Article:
• Hemilä, Harri Olavi; Rezaei, Yousef (2017)
    McCullough et al. (1) reviewed the pathophysiology and treatment options for contrast-induced acute kidney injury (CI-AKI). They stated that no effective adjunctive pharmaceutical had been demonstrated that either prevented or treated CI-AKI. However, they also suggested that of the agents being investigated, statins were the most promising. We would like to point out that strong evidence has also emerged regarding the effect of vitamin E against CI-AKI, which was not mentioned in their review.
  • Rezaei, Yousef; Hemilä, Harri (2017)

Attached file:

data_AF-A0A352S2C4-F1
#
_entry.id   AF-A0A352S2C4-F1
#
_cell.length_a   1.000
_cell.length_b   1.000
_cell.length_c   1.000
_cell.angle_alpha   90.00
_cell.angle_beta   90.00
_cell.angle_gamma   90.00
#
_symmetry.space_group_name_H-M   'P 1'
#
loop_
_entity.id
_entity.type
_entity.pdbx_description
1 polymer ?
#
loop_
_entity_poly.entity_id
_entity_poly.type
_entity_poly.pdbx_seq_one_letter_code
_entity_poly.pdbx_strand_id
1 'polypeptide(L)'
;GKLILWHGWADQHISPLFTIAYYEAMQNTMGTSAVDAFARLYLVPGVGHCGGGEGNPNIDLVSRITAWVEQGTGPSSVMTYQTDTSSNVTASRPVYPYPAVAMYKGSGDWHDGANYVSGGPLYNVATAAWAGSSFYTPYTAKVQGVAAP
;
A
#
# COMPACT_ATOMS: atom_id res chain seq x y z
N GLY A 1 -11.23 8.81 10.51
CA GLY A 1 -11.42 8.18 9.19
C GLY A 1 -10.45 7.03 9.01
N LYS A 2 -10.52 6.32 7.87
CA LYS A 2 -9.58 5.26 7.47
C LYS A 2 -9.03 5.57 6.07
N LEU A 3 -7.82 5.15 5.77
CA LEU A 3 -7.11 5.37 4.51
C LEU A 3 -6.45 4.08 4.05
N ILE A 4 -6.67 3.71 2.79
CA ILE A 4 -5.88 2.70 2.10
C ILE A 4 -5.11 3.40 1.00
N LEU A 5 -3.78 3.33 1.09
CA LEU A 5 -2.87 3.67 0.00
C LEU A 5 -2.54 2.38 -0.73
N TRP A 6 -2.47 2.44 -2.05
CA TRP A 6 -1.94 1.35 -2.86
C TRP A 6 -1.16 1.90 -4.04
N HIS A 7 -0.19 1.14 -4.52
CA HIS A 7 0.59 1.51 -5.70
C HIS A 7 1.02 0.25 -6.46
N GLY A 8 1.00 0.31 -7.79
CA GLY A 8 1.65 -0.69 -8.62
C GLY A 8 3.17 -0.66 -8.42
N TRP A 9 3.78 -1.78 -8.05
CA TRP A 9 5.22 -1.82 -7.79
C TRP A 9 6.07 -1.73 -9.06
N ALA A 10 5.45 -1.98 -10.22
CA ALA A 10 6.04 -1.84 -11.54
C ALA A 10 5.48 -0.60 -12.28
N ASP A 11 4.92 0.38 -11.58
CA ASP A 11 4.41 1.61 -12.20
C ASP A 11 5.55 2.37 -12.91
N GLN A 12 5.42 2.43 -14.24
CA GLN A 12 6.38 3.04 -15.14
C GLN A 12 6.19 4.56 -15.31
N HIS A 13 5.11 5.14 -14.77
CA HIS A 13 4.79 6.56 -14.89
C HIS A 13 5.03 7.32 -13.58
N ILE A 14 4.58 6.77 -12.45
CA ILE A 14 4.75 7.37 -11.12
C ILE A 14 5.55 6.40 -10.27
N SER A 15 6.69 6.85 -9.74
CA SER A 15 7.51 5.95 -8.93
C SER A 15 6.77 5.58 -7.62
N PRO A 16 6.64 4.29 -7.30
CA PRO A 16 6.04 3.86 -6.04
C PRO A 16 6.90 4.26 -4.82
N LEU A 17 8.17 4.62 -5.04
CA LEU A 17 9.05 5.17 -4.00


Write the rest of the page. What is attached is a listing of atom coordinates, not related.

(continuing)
A recent meta-analysis by Su et al. compared 12 different prophylactic interventions against contrast medium–induced acute kidney injury (CIAKI). In their meta-analysis, Su et al. pooled different vitamins to a single group of “vitamins and analogues” but in so doing did not take into account that vitamin C is water soluble whereas vitamin E is fat soluble, and therefore their relative effects might be different... Su et al. had identified 3 randomized trials on vitamin E prophylaxis against CIAKI. We pooled the results of these 3 studies and calculated a pooled estimate of RR = 0.38 (95% CI 0.24-0.62), indicating that vitamin E significantly prevented CIAKI.